General Motors on Nov. 26 announced it will halt production at five plants in North America and eliminate 15 percent of its salaried workforce as part of a massive restructuring plan.
GM said it expects the plan to boost its annual free cash flow by $6 billion by the end of 2020.
The automaker said production will be “unallocated” at its assembly plants in Detroit; Lordstown, Ohio; and Oshawa, Ontario. GM also announced plans to cease production at its transmission plants in Warren, Michigan; and White Marsh, Maryland.
As part of the reorganization, GM said it will reduce salaried and salaried contract staff by 15 percent and reduce executive positions by 25 percent. The plan will eliminate more than 14,000 white-collar and blue-collar jobs, according to news reports.
“The actions we are taking today continue our transformation to be highly agile, resilient and profitable, while giving us the flexibility to invest in the future,” GM Chairman and CEO Mary Barra said in a news release. “We recognize the need to stay in front of changing market conditions and customer preferences to position our company for long-term success.”
During a conference call with investors, Barra added: “We are taking these actions now, while the company and the economy are strong, to stay in front of a fast-changing market and to capitalize on growth opportunities as we push to achieve a vision of a world with zero crashes, zero emissions and zero congestion.”
GM’s decision to halt production at three of its North American assembly plants reflects consumers’ ongoing shift from sedans to crossovers, SUVs and trucks. During the conference call, Barra estimated GM’s capacity utilization at its North American plants is around 70 percent.
The Lordstown assembly plant, which only produces the slow-selling Chevrolet Cruze, will cease production on March 1, 2019. The plant employs 1,435 hourly workers and 183 salaried workers, according to GM.
The Detroit-Hamtramck assembly plant will halt production of the Buick LaCrosse and Chevrolet Volt on March 1, and will cease production of the Cadillac CT6 and Chevrolet Impala on June 1. The plant employs 1,348 hourly workers and 194 salaried workers, according to GM.
The Oshawa assembly plant, which employs 2,600 hourly workers and 300 salaried workers, will shut down in the fourth quarter of 2019, according to the automaker.
GM’s transmission plant in Warren, Ohio, will shut down on Aug. 1, while its transmission plant in Baltimore will stop production on April 1, according to the automaker.
In addition to the previously announced closure of the assembly plant in Gunsan, Korea, GM announced it will cease the operations of two additional plants outside North America by the end of 2019.
“These manufacturing actions are expected to significantly increase capacity utilization,” GM said in a news release. “To further enhance business performance, GM will continue working to improve other manufacturing costs, productivity and the competitiveness of wages and benefits.”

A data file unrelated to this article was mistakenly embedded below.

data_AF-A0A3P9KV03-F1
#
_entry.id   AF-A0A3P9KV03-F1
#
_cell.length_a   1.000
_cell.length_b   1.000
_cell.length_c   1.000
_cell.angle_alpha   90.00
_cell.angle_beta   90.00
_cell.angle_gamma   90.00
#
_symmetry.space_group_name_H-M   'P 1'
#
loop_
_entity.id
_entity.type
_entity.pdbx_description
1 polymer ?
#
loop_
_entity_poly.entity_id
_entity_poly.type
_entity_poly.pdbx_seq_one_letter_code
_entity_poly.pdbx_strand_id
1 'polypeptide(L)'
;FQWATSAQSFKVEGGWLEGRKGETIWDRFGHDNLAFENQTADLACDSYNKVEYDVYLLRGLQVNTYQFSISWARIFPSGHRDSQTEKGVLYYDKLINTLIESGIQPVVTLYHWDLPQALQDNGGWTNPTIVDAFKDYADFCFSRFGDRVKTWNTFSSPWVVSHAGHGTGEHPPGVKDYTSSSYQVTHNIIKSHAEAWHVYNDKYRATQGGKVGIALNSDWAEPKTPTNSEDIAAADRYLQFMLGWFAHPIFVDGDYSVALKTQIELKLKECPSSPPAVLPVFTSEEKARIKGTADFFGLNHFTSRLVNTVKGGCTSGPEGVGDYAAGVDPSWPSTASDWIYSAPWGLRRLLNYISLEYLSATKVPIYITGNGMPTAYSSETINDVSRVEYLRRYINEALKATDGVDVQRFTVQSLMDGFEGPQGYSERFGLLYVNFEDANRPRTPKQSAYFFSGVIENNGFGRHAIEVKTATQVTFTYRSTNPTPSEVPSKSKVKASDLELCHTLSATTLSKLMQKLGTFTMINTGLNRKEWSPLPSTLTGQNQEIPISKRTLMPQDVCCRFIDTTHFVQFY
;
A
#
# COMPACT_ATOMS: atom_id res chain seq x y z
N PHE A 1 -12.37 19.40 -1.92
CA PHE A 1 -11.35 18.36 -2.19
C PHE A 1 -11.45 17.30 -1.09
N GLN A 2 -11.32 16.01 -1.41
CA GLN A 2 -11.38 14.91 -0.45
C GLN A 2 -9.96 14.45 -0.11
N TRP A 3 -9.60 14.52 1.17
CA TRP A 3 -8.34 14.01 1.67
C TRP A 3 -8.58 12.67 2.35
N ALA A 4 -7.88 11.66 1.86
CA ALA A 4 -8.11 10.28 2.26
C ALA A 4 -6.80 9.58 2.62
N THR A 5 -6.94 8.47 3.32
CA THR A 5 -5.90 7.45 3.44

Focus on the Future
Part of GM’s restructuring plan includes a focus on global product development. Initiatives will include increasing component sharing, using more virtual tools to cut development times and costs, and integrating vehicle and propulsion engineering teams, the automaker said.
In the next two years, the automaker said it expects to double its engineering resources dedicated to electric and autonomous vehicles.
“We will continue to maintian our strong lineup of crossovers, SUVs and trucks,” Barra added.
While investors embraced the cost-cutting plans, UAW Vice President Terry Dittes had a different take on GM’s announcement, asserting that plant closures “economically devastate the areas where these locations are operating today.”
“General Motors continues to be profitable. Very profitable. We expect them to make over $10 billion net profit this year alone,” Dittes says in a message on the UAW website. “But they forget the taxpayers, our membership, the communities, the politicians all came to them in their darkest day. There were no jobs with a bankrupt General Motors. But this is how we in America are repaid – by the closing of two big facilities. But we did not bail General Motors out so we could watch them hoard profits, shut down plants and devastate communities and take advantage of low-wage workers in Mexico or wherever they see.”
Dittes urges the public “to tell General Motors they need to build product where they sell product.”
“Because there is no job that’s safe in this country anymore when a profitable company like General Motors can quickly just shut down and make a decision in a boardroom that it’s going to end with no backlash from the American public,” Dittes says. “We need to tell them clearly that we want our products made here because this is where you sell them. And we call on GM today just as they called on all of us over a decade ago: Please save our American jobs.”
In a Nov. 27 tweet, President Trump said he is considering cutting all subsidies to the automaker.
….for electric cars. General Motors made a big China bet years ago when they built plants there (and in Mexico) – don’t think that bet is going to pay off. I am here to protect America’s Workers!
— Donald J. Trump (@realDonaldTrump) November 27, 2018